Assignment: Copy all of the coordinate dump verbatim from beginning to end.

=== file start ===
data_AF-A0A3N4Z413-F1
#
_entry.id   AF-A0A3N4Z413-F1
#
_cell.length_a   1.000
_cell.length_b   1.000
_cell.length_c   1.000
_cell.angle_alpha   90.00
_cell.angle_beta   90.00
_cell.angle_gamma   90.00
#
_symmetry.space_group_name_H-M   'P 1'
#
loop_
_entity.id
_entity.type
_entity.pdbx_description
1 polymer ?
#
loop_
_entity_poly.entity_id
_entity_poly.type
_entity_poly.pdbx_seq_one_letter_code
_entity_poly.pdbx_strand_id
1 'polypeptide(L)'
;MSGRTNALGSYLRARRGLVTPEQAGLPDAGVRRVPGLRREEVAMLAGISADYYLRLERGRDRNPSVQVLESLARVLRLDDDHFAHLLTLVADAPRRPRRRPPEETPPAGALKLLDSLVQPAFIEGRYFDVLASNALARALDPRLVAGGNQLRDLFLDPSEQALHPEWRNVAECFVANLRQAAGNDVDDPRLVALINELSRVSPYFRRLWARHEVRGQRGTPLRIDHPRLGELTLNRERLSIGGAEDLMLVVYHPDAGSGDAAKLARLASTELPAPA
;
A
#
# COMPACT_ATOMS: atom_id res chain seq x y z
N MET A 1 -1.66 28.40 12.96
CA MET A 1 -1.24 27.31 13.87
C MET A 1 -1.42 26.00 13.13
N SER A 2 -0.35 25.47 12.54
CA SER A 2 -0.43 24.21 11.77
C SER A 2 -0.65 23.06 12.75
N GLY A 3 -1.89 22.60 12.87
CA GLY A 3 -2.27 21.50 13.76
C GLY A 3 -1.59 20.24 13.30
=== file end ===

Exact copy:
data_AF-A0A3N4Z413-F1
#
_entry.id   AF-A0A3N4Z413-F1
#
_cell.length_a   1.000
_cell.length_b   1.000
_cell.length_c   1.000
_cell.angle_alpha   90.00
_cell.angle_beta   90.00
_cell.angle_gamma   90.00
#
_symmetry.space_group_name_H-M   'P 1'
#
loop_
_entity.id
_entity.type
_entity.pdbx_description
1 polymer ?
#
loop_
_entity_poly.entity_id
_entity_poly.type
_entity_poly.pdbx_seq_one_letter_code
_entity_poly.pdbx_strand_id
1 'polypeptide(L)'
;MSGRTNALGSYLRARRGLVTPEQAGLPDAGVRRVPGLRREEVAMLAGISADYYLRLERGRDRNPSVQVLESLARVLRLDDDHFAHLLTLVADAPRRPRRRPPEETPPAGALKLLDSLVQPAFIEGRYFDVLASNALARALDPRLVAGGNQLRDLFLDPSEQALHPEWRNVAECFVANLRQAAGNDVDDPRLVALINELSRVSPYFRRLWARHEVRGQRGTPLRIDHPRLGELTLNRERLSIGGAEDLMLVVYHPDAGSGDAAKLARLASTELPAPA
;
A
#
# COMPACT_ATOMS: atom_id res chain seq x y z
N MET A 1 -1.66 28.40 12.96
CA MET A 1 -1.24 27.31 13.87
C MET A 1 -1.42 26.00 13.13
N SER A 2 -0.35 25.47 12.54
CA SER A 2 -0.43 24.21 11.77
C SER A 2 -0.65 23.06 12.75
N GLY A 3 -1.89 22.60 12.87
CA GLY A 3 -2.27 21.50 13.76
C GLY A 3 -1.59 20.24 13.30